Things I Learned From my Mother: Mother’s Day Stories from 3 Daughters
Although once a year is hardly celebration enough, Mother’s Day is the full 24 hours we can spend thanking our mothers and the mothers of the world for all they do. The mother-daughter bond is extremely special.
These three stories come from three young women (one the daughter of our own CEO Donna Letier) as they reminisce about the things they’ve learned from their mothers.
From a young age, I knew my family had a different dynamic than most. My Mom worked full time, and I had a nanny who would take care of my sister and me until my Mom returned every night. I can see many of you now shaking your heads and saying something like, “Oh this poor girl. She never had time with her Mother blah blah blah…” But I am here to tell you that having a working Mother was one the defining elements of my life that made me who I am today.
My Mom, Donna, is truly an inspiration. She has a heart of gold, a sassy disposition, and a brilliant knack for business. She also happens to be my best friend in the entire world. I spent my 4 years at college calling her at least 3 times a day, filling her in on gossip, detailing what hot guys were on the quad, and avoiding the subject of my accounting test grade. I always knew she would answer my calls (except when she was in an important meeting), and she would always help me through the ups-and-downs of daily life.
The one day every year that I could celebrate my badass mother was Mother’s Day. Now, I celebrate for everything my Mom did to raise two girls on her own, start multiple businesses, and still come home and cook dinner for us every night. In my experience, having a working mom makes Mother’s Day even more special because her family can take one day to praise her, thank her, and love her as much as she does us all year.
So, on this Mothers Day, let’s raise a toast to not only stay at home Mothers but also to working Mothers! They inspire us, guide us, and can always be counted on to grab a pop tart for us on the way out the door. I love you Mama!
-Madison, daughter of Donna Letier
When you’re young, summer means pool days, late night movies, and endless reading hours. It means freedom from assignments and exchanging fluorescent lights for the sun. At the Lohner home, summer also meant 1 hour of yard work every day in the merciless Texas heat. No exceptions. When I turned 8 and my mom tacked on an additional hour of daily weeding; I yearned for No. 2 pencils and math worksheets.
Our backyard was always lush and green, pockets of flower beds every which way. We had a small garden — or rather, my mom did. As we weeded, she offered us soft lamb’s ear and ripe cherry tomatoes. Every year, I tried one of our freshly harvested tomatoes and every year, I spat it out (it wasn’t until college that I developed a taste for them). One summer, as we were weeding, my mom and I found a watermelon vine in our garden and we had no idea how it got there. In the end, it was rather sour and tasteless, but I still remember the jolt of excitement at finding my favorite fruit in our yard.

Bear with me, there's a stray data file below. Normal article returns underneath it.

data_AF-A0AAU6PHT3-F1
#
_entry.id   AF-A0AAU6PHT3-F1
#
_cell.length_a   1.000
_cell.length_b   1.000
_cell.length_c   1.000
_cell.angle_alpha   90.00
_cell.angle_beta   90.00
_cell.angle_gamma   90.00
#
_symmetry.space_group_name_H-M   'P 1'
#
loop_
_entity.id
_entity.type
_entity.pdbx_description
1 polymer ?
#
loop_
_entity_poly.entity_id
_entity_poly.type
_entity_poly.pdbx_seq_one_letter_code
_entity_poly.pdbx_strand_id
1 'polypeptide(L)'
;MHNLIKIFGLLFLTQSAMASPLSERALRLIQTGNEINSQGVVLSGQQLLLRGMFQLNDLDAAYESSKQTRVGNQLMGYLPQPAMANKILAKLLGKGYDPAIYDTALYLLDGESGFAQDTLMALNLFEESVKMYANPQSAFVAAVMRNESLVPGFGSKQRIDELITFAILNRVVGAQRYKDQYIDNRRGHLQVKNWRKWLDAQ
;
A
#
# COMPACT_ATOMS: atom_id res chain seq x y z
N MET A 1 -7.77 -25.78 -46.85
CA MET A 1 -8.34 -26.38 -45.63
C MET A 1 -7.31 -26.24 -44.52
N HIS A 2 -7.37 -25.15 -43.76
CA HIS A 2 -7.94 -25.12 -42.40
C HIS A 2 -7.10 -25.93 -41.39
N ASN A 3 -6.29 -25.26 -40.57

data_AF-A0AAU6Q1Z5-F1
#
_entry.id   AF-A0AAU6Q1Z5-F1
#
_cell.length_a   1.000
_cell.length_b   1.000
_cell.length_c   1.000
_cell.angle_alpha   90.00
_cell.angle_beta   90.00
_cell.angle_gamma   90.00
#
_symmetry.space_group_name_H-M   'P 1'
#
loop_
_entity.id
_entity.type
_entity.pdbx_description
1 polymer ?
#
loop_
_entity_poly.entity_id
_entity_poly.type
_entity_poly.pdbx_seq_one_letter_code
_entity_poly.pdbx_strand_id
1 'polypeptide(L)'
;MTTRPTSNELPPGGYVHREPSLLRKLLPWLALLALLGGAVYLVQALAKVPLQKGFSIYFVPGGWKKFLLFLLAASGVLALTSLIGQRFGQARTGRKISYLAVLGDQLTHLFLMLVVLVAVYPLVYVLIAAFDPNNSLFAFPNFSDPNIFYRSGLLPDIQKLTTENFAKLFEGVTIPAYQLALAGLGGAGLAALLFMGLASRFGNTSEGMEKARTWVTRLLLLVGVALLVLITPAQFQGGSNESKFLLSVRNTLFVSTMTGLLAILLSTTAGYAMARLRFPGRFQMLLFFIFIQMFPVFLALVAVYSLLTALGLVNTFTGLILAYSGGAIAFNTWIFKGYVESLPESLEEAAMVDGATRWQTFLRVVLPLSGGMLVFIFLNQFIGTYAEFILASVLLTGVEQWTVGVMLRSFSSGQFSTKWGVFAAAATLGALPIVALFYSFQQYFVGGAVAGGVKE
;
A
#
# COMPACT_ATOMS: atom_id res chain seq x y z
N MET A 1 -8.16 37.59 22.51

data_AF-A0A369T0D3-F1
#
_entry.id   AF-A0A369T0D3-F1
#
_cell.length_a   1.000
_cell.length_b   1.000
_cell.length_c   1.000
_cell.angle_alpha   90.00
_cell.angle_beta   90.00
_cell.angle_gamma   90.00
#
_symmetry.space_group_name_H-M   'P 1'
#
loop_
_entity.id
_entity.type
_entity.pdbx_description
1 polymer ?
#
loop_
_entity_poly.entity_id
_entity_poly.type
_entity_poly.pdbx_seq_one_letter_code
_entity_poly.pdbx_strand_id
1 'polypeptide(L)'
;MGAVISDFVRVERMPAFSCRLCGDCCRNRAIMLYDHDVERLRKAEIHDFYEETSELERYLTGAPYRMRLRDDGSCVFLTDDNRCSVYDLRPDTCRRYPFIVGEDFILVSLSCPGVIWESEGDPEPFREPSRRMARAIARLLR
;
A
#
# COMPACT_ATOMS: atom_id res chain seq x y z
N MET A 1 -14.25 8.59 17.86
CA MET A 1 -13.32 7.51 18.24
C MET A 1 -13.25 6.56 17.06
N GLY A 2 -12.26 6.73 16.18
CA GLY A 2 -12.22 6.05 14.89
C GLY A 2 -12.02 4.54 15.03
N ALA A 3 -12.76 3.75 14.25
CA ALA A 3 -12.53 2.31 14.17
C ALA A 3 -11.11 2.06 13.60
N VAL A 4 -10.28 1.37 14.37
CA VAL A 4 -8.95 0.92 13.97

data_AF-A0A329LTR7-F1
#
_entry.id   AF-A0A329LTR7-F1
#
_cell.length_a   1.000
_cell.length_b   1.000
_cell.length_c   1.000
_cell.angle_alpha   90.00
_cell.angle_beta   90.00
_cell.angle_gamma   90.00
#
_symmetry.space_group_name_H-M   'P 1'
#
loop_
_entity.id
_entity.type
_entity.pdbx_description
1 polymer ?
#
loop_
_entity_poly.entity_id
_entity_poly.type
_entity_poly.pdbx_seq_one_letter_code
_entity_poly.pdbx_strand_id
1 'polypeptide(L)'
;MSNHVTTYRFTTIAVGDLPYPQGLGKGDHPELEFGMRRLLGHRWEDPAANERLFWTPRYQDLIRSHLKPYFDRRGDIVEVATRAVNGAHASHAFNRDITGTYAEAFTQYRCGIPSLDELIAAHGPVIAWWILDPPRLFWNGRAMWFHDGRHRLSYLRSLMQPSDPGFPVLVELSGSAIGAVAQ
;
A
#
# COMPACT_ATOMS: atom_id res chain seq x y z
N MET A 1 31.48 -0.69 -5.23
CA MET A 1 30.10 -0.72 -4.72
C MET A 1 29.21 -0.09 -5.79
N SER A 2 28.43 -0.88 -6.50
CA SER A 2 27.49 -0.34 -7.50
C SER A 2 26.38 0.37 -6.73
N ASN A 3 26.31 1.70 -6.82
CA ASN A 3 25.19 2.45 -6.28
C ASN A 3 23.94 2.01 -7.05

I remember my mom cutting hydrangeas every spring from enormous bushes in our front yard and carefully arranging them to decorate our home. I remember how delicately she’d nurture our rose bushes, and I remember a big tree in our backyard that attracted butterflies. I have memory snapshots of my little sister’s and my toddler selves surrounded by their fluttering wings. I remember marveling at the shape of a tulip bulb.
My mom is the type of person that accidentally sneezes and creates elegance. While we were outside, she taught me to recognize and love strong, beautiful things — we smelled them, tasted them, and cared for them. Most importantly, she taught me that work is required to make something beautiful. From her, I’ve learned that beauty is not a pursuit with an end goal. It takes a lifetime of work, of care, and of love to make something beautiful. The real joy is in the experience of creating it.
I’m so grateful to have been in the sphere of my mother’s existence — to have watched and benefitted from her habitual beauty-making. Happy Mother’s Day Mom!
-Corinne, daughter of Marcee Lohner
My mother is a force of nature. She is strong and kind and wise.
I feel lucky every day to know her.
I remember when I fell in love with plants. I was in high school flipping through a book on equine herbalism and I knew. Out of nowhere — just like that — I knew it was what I wanted to do.
The next day she took me to Half-Price Books.
(When you are the middle child in a family of five teenagers, individual attention is rare luxury!) We searched around for the green bookshelf and when we finally found it, I stood there, opened mouthed, in awe of the possibilities.
I asked her hesitantly, “How many can I get?” and I will never forget her reply.
“As many as you want.”
In that one moment of kindness, tiny in comparison to a lifetime of events, she gave me the greatest gift of all — permission to chase my dreams.
I walked out of that store with more than a stack of gardening books. I walked out of it with a passion. With a purpose that I still pursue today.
My mother grew me and now I grow others.
She is the source of all of my strength.
She shaped my words, my mind, my heart.
Because she had courage, so do I.
Because she showed love, so do I.
Because she chased her dreams, so do I.
I am forever grateful for that, and so much more.
-Meghan, daughter of Kathleen Peoples
Send us your stories about you and your mothers. Remember to thank your mother for all she’s taught you, and you mothers out there — Happy Mother’s Day!